A leading Kurdish rights activist is to finally accept in person one of Europe’s top honours – nine years after she was awarded it.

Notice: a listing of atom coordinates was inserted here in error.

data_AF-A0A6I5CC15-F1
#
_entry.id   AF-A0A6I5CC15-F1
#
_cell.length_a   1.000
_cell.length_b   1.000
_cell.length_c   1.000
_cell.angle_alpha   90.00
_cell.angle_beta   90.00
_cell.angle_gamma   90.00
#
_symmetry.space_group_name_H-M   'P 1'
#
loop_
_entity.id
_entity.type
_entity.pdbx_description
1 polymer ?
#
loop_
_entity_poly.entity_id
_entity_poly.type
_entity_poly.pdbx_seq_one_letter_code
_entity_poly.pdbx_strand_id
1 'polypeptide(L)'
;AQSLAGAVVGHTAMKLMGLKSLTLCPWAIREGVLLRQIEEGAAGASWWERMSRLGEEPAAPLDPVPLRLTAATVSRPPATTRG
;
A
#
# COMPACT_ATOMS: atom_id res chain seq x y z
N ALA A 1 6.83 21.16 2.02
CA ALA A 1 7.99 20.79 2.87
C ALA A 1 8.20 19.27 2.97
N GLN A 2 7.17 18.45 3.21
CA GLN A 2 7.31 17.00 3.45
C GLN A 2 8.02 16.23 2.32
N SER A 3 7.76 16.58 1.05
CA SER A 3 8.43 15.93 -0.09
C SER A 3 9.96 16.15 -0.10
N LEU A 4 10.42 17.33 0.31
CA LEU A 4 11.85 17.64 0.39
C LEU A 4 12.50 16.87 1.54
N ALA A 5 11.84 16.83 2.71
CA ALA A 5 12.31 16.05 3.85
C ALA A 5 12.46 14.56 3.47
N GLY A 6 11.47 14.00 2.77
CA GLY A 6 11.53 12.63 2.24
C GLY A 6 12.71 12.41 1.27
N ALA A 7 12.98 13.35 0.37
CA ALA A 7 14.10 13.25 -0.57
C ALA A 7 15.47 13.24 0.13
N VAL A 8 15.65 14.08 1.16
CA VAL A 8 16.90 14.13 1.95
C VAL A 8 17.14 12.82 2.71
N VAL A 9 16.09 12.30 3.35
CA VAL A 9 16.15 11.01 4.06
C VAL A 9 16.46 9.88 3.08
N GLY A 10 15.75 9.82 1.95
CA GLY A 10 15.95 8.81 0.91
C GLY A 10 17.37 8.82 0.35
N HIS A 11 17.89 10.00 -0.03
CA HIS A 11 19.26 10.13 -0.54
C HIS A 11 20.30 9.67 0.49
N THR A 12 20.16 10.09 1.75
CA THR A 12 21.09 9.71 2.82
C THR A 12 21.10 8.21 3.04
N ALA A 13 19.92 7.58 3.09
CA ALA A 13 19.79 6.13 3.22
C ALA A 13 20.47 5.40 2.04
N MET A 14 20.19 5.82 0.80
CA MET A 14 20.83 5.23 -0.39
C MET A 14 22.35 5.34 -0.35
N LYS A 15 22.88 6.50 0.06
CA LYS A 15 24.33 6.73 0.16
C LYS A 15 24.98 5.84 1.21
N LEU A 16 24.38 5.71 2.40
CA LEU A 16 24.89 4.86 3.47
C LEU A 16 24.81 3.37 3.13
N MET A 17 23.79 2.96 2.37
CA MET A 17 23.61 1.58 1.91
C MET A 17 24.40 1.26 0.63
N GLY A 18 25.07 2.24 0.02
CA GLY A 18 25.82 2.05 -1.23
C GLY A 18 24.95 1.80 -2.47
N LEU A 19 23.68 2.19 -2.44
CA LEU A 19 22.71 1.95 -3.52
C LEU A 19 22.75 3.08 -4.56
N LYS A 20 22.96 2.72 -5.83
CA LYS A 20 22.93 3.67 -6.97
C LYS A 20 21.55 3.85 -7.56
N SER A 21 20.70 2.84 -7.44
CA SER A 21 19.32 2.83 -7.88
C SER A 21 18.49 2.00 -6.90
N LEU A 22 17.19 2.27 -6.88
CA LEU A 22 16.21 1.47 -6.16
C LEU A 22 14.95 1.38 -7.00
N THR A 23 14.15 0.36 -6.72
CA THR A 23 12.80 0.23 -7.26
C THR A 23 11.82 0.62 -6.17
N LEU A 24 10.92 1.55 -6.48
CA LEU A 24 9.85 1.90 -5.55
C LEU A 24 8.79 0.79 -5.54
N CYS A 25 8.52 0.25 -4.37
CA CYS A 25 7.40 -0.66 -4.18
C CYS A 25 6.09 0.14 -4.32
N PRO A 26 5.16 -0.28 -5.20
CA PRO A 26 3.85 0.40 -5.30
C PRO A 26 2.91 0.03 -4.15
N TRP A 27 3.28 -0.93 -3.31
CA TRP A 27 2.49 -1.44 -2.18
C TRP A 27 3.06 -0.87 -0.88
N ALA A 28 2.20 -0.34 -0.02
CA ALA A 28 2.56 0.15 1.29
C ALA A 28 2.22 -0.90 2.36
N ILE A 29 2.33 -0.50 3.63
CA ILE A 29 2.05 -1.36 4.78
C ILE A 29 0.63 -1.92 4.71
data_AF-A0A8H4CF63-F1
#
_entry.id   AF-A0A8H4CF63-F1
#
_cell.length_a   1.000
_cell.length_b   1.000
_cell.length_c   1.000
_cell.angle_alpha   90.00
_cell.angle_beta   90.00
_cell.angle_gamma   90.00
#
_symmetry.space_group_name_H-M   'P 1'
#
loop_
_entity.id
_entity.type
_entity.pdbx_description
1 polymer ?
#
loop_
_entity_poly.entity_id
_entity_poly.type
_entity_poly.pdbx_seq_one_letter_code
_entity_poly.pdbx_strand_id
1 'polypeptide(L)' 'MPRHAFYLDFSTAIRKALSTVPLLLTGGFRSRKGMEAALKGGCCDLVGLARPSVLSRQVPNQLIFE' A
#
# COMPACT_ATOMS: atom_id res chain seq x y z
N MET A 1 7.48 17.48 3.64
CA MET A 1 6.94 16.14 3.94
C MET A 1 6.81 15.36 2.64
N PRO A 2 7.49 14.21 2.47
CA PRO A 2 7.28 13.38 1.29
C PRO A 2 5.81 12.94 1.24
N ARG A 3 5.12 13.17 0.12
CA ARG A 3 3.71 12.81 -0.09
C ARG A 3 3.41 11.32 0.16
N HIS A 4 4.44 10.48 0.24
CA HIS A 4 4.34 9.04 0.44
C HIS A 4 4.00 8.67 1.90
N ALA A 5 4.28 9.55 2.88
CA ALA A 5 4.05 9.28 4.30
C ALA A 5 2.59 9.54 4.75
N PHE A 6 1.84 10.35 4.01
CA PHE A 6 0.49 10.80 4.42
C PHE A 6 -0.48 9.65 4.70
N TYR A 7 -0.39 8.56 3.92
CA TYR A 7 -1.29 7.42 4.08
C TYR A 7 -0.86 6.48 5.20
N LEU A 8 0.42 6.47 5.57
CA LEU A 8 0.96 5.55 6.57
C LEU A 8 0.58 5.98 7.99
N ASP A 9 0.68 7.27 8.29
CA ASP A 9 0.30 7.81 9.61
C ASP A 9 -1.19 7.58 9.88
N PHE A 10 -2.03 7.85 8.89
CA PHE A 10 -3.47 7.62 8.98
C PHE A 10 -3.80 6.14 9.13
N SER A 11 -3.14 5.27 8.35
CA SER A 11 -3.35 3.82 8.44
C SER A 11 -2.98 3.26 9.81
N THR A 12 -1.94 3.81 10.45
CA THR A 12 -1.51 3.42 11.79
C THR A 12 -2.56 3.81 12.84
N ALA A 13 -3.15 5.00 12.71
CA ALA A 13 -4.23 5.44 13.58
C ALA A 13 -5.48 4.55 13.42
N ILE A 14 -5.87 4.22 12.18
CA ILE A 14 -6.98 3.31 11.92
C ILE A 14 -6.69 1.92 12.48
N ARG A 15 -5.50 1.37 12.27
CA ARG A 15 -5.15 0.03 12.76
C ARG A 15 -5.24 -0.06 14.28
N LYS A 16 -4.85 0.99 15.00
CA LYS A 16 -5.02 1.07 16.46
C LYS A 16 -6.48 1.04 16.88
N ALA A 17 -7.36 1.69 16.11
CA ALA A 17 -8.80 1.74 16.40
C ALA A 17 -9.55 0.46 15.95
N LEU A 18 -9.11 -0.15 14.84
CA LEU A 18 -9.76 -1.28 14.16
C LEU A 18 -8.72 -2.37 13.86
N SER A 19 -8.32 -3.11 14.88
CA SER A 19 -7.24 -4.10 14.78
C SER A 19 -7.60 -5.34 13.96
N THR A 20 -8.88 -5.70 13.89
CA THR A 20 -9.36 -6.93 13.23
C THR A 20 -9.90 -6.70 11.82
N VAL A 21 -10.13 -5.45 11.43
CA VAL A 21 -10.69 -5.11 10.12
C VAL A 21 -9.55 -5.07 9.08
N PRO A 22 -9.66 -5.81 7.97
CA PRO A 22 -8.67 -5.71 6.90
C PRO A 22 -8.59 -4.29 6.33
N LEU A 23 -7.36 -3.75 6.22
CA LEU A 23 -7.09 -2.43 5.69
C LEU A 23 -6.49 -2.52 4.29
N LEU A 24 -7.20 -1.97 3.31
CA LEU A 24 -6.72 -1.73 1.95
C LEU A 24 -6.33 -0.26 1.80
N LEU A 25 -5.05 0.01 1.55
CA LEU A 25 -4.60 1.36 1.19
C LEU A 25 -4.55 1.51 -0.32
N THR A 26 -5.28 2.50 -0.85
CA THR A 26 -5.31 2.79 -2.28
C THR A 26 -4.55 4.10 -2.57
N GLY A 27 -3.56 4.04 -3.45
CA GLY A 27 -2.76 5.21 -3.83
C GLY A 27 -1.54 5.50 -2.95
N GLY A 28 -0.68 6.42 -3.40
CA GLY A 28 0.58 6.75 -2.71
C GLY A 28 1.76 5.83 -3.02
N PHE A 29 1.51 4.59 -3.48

Leyla Zana, the first Kurdish woman to win a seat in the Turkish parliament, was given the European Parliament’s Sakharov Prize back in 1995 for her efforts to defend the rights of Kurds. But Zana, who has also been nominated for the Nobel Peace Prize, was unable to receive the award herself, as she had just been jailed by a Turkish court. At the 1996 award ceremony, her husband collected the prize on her behalf. The then president of the European Parliament, Klaus Hansch, said Zana had become symbolic of the peaceful struggle for the defence of the rights and values of the Kurdish people. Zana sent a message from her prison cell thanking parliament for the award which she said gave her struggle international respectability. Zana and three colleagues were jailed after being convicted of belonging to the banned Kurdistan Workers Party. She was freed after Turkey’s court of appeal overturned the conviction in June. She will be rewarded the Sakharov prize at a special ceremony on Thursday.